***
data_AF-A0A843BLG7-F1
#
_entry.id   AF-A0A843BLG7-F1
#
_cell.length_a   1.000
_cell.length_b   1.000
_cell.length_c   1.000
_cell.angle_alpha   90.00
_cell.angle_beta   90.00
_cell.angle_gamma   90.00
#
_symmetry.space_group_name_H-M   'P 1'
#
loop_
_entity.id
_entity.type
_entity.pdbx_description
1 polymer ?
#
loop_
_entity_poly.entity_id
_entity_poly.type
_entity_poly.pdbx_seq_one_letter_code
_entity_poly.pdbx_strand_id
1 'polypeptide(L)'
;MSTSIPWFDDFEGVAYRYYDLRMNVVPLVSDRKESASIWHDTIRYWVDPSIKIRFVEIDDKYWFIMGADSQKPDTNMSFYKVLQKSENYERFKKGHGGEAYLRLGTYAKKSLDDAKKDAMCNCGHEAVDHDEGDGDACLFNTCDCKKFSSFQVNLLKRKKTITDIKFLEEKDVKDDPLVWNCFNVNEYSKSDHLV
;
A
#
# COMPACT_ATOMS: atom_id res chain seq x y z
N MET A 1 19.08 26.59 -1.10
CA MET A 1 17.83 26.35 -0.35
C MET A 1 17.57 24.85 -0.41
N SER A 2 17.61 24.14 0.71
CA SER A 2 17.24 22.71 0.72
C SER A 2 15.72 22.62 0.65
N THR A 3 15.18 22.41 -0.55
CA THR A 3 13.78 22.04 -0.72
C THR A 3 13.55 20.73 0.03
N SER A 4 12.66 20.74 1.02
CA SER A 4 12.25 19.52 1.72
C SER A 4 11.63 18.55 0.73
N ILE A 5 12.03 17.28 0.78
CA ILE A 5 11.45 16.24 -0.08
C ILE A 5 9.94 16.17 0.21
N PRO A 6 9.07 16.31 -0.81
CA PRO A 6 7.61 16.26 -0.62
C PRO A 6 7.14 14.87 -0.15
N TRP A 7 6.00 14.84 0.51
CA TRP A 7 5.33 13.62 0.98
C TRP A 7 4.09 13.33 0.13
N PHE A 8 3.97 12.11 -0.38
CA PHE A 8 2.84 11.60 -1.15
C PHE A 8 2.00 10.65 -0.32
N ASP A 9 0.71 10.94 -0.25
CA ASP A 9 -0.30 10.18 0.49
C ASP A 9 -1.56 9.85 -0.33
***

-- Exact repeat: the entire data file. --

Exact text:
data_AF-A0A843BLG7-F1
#
_entry.id   AF-A0A843BLG7-F1
#
_cell.length_a   1.000
_cell.length_b   1.000
_cell.length_c   1.000
_cell.angle_alpha   90.00
_cell.angle_beta   90.00
_cell.angle_gamma   90.00
#
_symmetry.space_group_name_H-M   'P 1'
#
loop_
_entity.id
_entity.type
_entity.pdbx_description
1 polymer ?
#
loop_
_entity_poly.entity_id
_entity_poly.type
_entity_poly.pdbx_seq_one_letter_code
_entity_poly.pdbx_strand_id
1 'polypeptide(L)'
;MSTSIPWFDDFEGVAYRYYDLRMNVVPLVSDRKESASIWHDTIRYWVDPSIKIRFVEIDDKYWFIMGADSQKPDTNMSFYKVLQKSENYERFKKGHGGEAYLRLGTYAKKSLDDAKKDAMCNCGHEAVDHDEGDGDACLFNTCDCKKFSSFQVNLLKRKKTITDIKFLEEKDVKDDPLVWNCFNVNEYSKSDHLV
;
A
#
# COMPACT_ATOMS: atom_id res chain seq x y z
N MET A 1 19.08 26.59 -1.10
CA MET A 1 17.83 26.35 -0.35
C MET A 1 17.57 24.85 -0.41
N SER A 2 17.61 24.14 0.71
CA SER A 2 17.24 22.71 0.72
C SER A 2 15.72 22.62 0.65
N THR A 3 15.18 22.41 -0.55
CA THR A 3 13.78 22.04 -0.72
C THR A 3 13.55 20.73 0.03
N SER A 4 12.66 20.74 1.02
CA SER A 4 12.25 19.52 1.72
C SER A 4 11.63 18.55 0.73
N ILE A 5 12.03 17.28 0.78
CA ILE A 5 11.45 16.24 -0.08
C ILE A 5 9.94 16.17 0.21
N PRO A 6 9.07 16.31 -0.81
CA PRO A 6 7.61 16.26 -0.62
C PRO A 6 7.14 14.87 -0.15
N TRP A 7 6.00 14.84 0.51
CA TRP A 7 5.33 13.62 0.98
C TRP A 7 4.09 13.33 0.13
N PHE A 8 3.97 12.11 -0.38
CA PHE A 8 2.84 11.60 -1.15
C PHE A 8 2.00 10.65 -0.32
N ASP A 9 0.71 10.94 -0.25
CA ASP A 9 -0.30 10.18 0.49
C ASP A 9 -1.56 9.85 -0.33